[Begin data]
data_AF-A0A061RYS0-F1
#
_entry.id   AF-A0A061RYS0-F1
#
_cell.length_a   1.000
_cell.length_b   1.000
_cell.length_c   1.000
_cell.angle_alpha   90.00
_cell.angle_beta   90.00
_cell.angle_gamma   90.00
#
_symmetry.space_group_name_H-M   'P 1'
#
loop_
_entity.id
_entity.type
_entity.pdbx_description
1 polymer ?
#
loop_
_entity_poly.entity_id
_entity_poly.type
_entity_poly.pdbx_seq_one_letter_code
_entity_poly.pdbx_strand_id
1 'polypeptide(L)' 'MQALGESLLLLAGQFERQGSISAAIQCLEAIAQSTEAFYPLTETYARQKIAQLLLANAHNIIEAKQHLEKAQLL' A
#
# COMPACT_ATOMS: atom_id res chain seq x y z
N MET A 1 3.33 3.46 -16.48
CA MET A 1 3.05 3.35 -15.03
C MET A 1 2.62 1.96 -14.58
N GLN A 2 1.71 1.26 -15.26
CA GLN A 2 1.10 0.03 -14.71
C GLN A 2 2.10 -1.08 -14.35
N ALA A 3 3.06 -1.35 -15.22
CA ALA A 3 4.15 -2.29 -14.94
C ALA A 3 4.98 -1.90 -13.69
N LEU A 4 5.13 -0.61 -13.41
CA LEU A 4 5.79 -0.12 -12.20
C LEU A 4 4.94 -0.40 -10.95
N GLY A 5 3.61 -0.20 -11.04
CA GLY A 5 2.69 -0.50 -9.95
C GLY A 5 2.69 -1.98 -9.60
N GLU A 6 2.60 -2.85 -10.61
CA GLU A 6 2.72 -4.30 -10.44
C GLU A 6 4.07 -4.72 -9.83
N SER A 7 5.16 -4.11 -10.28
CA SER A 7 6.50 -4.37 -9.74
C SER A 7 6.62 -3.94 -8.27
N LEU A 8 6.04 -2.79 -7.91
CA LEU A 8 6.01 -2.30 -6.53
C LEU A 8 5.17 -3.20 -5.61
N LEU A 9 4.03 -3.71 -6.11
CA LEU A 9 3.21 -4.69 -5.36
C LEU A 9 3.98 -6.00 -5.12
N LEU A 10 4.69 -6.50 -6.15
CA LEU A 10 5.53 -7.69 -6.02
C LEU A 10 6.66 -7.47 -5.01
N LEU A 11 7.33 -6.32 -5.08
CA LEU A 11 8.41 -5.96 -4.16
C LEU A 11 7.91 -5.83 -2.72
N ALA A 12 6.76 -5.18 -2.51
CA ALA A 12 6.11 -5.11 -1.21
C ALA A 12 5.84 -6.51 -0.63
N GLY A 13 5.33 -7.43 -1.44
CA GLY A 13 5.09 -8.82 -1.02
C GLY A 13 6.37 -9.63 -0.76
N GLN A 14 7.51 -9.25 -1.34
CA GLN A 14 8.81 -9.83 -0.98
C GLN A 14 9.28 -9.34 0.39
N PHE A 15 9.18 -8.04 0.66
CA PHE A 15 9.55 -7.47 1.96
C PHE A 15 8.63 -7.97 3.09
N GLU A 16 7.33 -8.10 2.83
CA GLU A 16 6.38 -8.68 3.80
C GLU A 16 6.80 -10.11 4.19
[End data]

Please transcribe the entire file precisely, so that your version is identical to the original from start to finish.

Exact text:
data_AF-A0A061RYS0-F1
#
_entry.id   AF-A0A061RYS0-F1
#
_cell.length_a   1.000
_cell.length_b   1.000
_cell.length_c   1.000
_cell.angle_alpha   90.00
_cell.angle_beta   90.00
_cell.angle_gamma   90.00
#
_symmetry.space_group_name_H-M   'P 1'
#
loop_
_entity.id
_entity.type
_entity.pdbx_description
1 polymer ?
#
loop_
_entity_poly.entity_id
_entity_poly.type
_entity_poly.pdbx_seq_one_letter_code
_entity_poly.pdbx_strand_id
1 'polypeptide(L)' 'MQALGESLLLLAGQFERQGSISAAIQCLEAIAQSTEAFYPLTETYARQKIAQLLLANAHNIIEAKQHLEKAQLL' A
#
# COMPACT_ATOMS: atom_id res chain seq x y z
N MET A 1 3.33 3.46 -16.48
CA MET A 1 3.05 3.35 -15.03
C MET A 1 2.62 1.96 -14.58
N GLN A 2 1.71 1.26 -15.26
CA GLN A 2 1.10 0.03 -14.71
C GLN A 2 2.10 -1.08 -14.35
N ALA A 3 3.06 -1.35 -15.22
CA ALA A 3 4.15 -2.29 -14.94
C ALA A 3 4.98 -1.90 -13.69
N LEU A 4 5.13 -0.61 -13.41
CA LEU A 4 5.79 -0.12 -12.20
C LEU A 4 4.94 -0.40 -10.95
N GLY A 5 3.61 -0.20 -11.04
CA GLY A 5 2.69 -0.50 -9.95
C GLY A 5 2.69 -1.98 -9.60
N GLU A 6 2.60 -2.85 -10.61
CA GLU A 6 2.72 -4.30 -10.44
C GLU A 6 4.07 -4.72 -9.83
N SER A 7 5.16 -4.11 -10.28
CA SER A 7 6.50 -4.37 -9.74
C SER A 7 6.62 -3.94 -8.27
N LEU A 8 6.04 -2.79 -7.91
CA LEU A 8 6.01 -2.30 -6.53
C LEU A 8 5.17 -3.20 -5.61
N LEU A 9 4.03 -3.71 -6.11
CA LEU A 9 3.21 -4.69 -5.36
C LEU A 9 3.98 -6.00 -5.12
N LEU A 10 4.69 -6.50 -6.15
CA LEU A 10 5.53 -7.69 -6.02
C LEU A 10 6.66 -7.47 -5.01
N LEU A 11 7.33 -6.32 -5.08
CA LEU A 11 8.41 -5.96 -4.16
C LEU A 11 7.91 -5.83 -2.72
N ALA A 12 6.76 -5.18 -2.51
CA ALA A 12 6.11 -5.11 -1.21
C ALA A 12 5.84 -6.51 -0.63
N GLY A 13 5.33 -7.43 -1.44
CA GLY A 13 5.09 -8.82 -1.02
C GLY A 13 6.37 -9.63 -0.76
N GLN A 14 7.51 -9.25 -1.34
CA GLN A 14 8.81 -9.83 -0.98
C GLN A 14 9.28 -9.34 0.39
N PHE A 15 9.18 -8.04 0.66
CA PHE A 15 9.55 -7.47 1.96
C PHE A 15 8.63 -7.97 3.09
N GLU A 16 7.33 -8.10 2.83
CA GLU A 16 6.38 -8.68 3.80
C GLU A 16 6.80 -10.11 4.19